“Our product is very effective for wildfires,” Snipes said. “It’s 100% nontoxic to aquatic animals and nontoxic to wildlife and it is rapidly biodegradable.” 

The International Organization for Standardization’s ISO 17556 for aerobic biodegradation in soil requires that a product be 60% biodegradable at 180 days. SoyFoam biodegraded in 18 days, and after 180 days, it was 91% degraded, considered 100% biodegradable, according to Snipes.

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In addition, SoyFoam is shelf stable. Until now, protein-based foams tended to be unstable, had a limited shelf life, and emitted an unpleasant odor when released. Cross Plains projects that SoyFoam, which has proven shelf stable for 2 years, will remain stable for 5 to 10 years. 

The global firefighting foam market was valued at $4.95 billion in 2022 and is expected to grow to nearly $7 billion by 2031, a compound average growth rate of 3.6%, according to Grand View Research. Drivers of  growth include more environmentally friendly foams and an increasing number of fires that result in fatalities and property loss. To claim a share of that market, SoyFoam must compete with long-time, established manufacturers of firefighting foams.

Cross Plains’ SoyFoam continues to undergo testing in a quest to obtain additional certification, including the UL 162. While fire departments can use SoyFoam to fight Class B fires involving alcohol or gasoline, without UL 162 certification, they may be reluctant to out of fear of financial responsibility for life or property loss. UL 162 testing is rigorous and “hard to pass," Snipes said.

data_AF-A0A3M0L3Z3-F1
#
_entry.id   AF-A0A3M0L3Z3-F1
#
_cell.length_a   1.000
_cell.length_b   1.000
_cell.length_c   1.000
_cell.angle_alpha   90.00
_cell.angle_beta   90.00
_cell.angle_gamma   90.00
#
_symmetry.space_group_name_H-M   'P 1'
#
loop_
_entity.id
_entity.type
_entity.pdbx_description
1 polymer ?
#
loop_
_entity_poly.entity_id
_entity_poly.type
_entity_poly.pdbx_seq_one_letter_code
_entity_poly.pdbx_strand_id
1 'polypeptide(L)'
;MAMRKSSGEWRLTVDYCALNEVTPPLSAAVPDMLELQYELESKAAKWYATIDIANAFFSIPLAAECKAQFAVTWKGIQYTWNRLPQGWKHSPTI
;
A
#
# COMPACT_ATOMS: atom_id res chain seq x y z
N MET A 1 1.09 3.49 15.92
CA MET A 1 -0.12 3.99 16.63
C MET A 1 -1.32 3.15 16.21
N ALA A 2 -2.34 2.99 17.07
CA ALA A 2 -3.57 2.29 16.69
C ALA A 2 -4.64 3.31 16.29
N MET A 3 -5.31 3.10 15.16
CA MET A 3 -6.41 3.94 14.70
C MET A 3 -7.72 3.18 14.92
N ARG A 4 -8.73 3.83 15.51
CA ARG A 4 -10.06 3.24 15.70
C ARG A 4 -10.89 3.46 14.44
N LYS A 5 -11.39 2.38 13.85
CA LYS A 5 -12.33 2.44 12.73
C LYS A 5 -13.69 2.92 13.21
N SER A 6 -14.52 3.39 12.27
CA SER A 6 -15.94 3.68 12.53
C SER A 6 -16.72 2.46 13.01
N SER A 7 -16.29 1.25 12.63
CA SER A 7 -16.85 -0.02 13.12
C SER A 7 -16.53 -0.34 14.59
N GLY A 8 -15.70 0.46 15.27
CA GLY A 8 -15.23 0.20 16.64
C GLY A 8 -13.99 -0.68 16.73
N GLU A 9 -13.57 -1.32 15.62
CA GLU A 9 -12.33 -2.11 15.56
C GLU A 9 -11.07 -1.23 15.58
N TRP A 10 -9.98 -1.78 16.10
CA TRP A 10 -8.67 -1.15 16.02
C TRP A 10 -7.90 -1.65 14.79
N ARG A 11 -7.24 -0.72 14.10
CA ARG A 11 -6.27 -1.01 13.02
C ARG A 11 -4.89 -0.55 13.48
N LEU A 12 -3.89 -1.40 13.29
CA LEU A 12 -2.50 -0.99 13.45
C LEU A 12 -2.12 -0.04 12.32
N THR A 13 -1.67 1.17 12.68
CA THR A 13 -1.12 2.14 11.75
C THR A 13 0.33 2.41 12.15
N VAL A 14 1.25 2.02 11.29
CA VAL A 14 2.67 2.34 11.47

The company has also been working on Military Specification for fluorine-free firefighting foams so it can sell to the Federal Aviation Administration and the U.S. Armed Forces, a process that takes about a year. Additionally, Cross Plains is undergoing an 18- to 24-month testing process to achieve USDA Forest Service certification before SoyFoam can be used from helicopters. 

United Soybean Board Chairman Steve Reinhard thinks SoyFoam will be able to compete with other fluorine-free foams.

Reinhard-Open-Mic-Thumb.jpgSteve Reinhard

“The advantage we have is that our foam is GreenScreen certified at the gold level and that will help set our foam apart from the others. Communities can use a very sustainable product that is better for the health of firefighters and better than foams with fluorine. A lot of fire departments will be interested in using this product, both urban and rural. It doesn’t leave a heavy residue and it is pretty cost-competitive,” Reinhard said.

SoyFoam is one of the first checkoff-funded products made from soy meal, which makes up about 80% of the soybean, and the first product that could eventually replace products containing PFAS. To date, most soy-based products funded by the checkoff, whether biofuels, adhesives, coatings, lubricants, or plastics, have primarily used soybean oil in their production, according to U.S. Soy. As these products continue to proliferate, finding new demand streams for soy meal, the byproduct of the soybean crush, continues to be a top USB priority. 

“We are continuing to invest in different ways to use meal,” Reinhard said. “The oil market continues to see a steady growth curve. If we continue to grow the need for oil, we will have more soybean meal.”